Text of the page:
Walking in the footsteps of pirating “Turks” Skip to content

Walking in the footsteps of pirating “Turks”

An information post about Tyrkjaránið, the infamous slave taking of 1627 will be unveiled in Grindavík, in southwest Iceland, today.

Afterwards, visitors can take a guided historical tour around the area and walk in the footsteps of the pirating “Turks,” who actually came from North Africa, Morgunbladid reports.

In the summer of 1627 a band of pirates sailed to Iceland and raided the settlements on the southwest coast of Iceland and in the Westman Islands.

The pirates abducted around 400 people and sold them on slave markets. Many died of diseases during the first few months, others converted to Islam and 40 slaves were set free.

The most famous slave is Gudrídur Símonardóttir, better known as Tyrkja-Gudda, who returned to Iceland after a decade of slavery in Algeria.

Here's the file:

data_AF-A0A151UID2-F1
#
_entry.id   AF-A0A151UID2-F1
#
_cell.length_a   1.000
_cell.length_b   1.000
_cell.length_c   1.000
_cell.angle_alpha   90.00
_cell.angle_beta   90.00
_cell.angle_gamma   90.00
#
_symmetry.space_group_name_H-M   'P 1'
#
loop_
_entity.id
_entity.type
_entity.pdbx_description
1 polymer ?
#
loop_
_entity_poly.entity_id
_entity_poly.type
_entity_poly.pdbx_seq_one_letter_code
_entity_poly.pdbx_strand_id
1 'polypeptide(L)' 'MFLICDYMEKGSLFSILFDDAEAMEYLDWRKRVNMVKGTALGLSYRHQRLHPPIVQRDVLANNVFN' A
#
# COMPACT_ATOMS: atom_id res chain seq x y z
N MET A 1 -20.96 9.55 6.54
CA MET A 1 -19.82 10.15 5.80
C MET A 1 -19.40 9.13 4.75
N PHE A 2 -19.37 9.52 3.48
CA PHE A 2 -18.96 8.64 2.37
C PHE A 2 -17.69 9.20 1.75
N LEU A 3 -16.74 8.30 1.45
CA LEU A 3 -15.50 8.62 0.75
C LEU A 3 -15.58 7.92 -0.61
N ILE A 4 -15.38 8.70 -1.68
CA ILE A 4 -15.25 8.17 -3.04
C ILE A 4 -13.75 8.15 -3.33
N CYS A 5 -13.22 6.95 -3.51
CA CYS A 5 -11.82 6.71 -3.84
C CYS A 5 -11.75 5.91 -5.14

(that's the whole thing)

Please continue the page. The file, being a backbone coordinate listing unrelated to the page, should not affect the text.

After her return, Tyrkja-Gudda was sent to Denmark to relearn her native tongue and the Christian way of life. She spent the winter of 1636-1637 in Copenhagen.

One of her teachers was Hallgrímur Pétursson, an Icelandic theology student. They fell in love, got married and moved back to Iceland.

Later, Pétursson became a priest and one of Iceland’s most treasured poets. Hallgrímskirkja, the main church in Reykjavík, is named after him.

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